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Yeah, that was really helpful. Have you been on bikesdirect? It seems like their fixies are really cheap (3-5 hundred). I'm a fan of that price. What do people typically upgrade first? I really want those wood grain aerospokes, but they're extremely pricy.
The purpose of this bike is to cruise around town/my college campus. Secondly, I want it to look cool. But I want a nice fixed gear bike to keep it simple, and get me to class.
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Old 10-07-10, 12:33 PM   #7
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the kilos on bikesdirect are a great place to start, especially if you are new to bikes and building them.
good bang for buck ratio
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Old 10-07-10, 12:37 PM   #8
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Quote:
Originally Posted by Dr. Banzai View Post
I buy almost all my stuff from the UK.

http://www.ribblecycles.co.uk
http://www.probikekit.com/index.php

Ribble usually wins the price plus shipping race. It's all about the coupons and discount codes. I also have a US shipping address so some stuff comes from the USA, but not much. They can't usually beat the UK for prices for some reason - but that is on the type of stuff I buy.
+1. www.wiggle.com/uk is another good UK source. I was just looking at Brooks saddle prices at Ribble...incredible.
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Old 10-07-10, 12:43 PM   #9
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Quote:
Originally Posted by Dr. Banzai View Post
I buy almost all my stuff from the UK.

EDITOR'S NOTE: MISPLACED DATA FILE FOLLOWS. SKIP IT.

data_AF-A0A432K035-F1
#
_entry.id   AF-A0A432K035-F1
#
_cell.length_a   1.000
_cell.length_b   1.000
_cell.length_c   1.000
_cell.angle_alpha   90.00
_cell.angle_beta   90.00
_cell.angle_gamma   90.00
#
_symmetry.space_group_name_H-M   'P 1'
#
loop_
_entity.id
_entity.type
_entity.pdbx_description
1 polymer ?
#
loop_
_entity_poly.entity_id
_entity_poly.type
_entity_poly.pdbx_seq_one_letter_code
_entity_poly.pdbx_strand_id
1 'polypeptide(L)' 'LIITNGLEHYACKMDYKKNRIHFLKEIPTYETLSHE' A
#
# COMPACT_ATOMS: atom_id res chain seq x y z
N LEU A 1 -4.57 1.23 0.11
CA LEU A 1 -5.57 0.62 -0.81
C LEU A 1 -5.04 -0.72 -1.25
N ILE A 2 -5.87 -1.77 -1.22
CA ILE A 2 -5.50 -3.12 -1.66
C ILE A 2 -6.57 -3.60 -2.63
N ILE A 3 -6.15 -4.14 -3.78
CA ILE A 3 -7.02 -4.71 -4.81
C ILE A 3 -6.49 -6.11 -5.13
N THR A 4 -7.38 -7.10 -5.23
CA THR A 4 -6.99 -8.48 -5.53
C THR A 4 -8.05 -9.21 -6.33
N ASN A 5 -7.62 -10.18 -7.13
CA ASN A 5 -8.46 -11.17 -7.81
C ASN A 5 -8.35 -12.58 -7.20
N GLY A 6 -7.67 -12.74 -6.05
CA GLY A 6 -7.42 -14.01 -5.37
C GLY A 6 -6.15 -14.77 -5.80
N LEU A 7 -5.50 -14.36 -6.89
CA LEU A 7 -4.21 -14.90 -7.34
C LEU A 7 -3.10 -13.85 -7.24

http://www.ribblecycles.co.uk
http://www.probikekit.com/index.php

Ribble usually wins the price plus shipping race. It's all about the coupons and discount codes. I also have a US shipping address so some stuff comes from the USA, but not much. They can't usually beat the UK for prices for some reason - but that is on the type of stuff I buy.
i had the hardest time trying to find cranks on ribble's page... those silly british call them chainsets ><
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Old 10-07-10, 03:46 PM   #10
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Originally Posted by Lilcphoto View Post
after buying a complete Kilo TT stripper, I have to say it would have been more financially smarter to build it up from scratch
It's generally cheaper to buy a bike complete rather than as a separate frame set and components.
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Old 10-07-10, 04:11 PM   #11
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It's generally cheaper to buy a bike complete rather than as a separate frame set and components.
That is, if you are satisfied with every component.
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Old 10-07-10, 04:48 PM   #12
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That is, if you are satisfied with every component.
That's why I qualified it with "generally." Given the context presented by the OP, it doesn't sound like he/she is going to be swapping components from a complete bike. Just my interpretation though...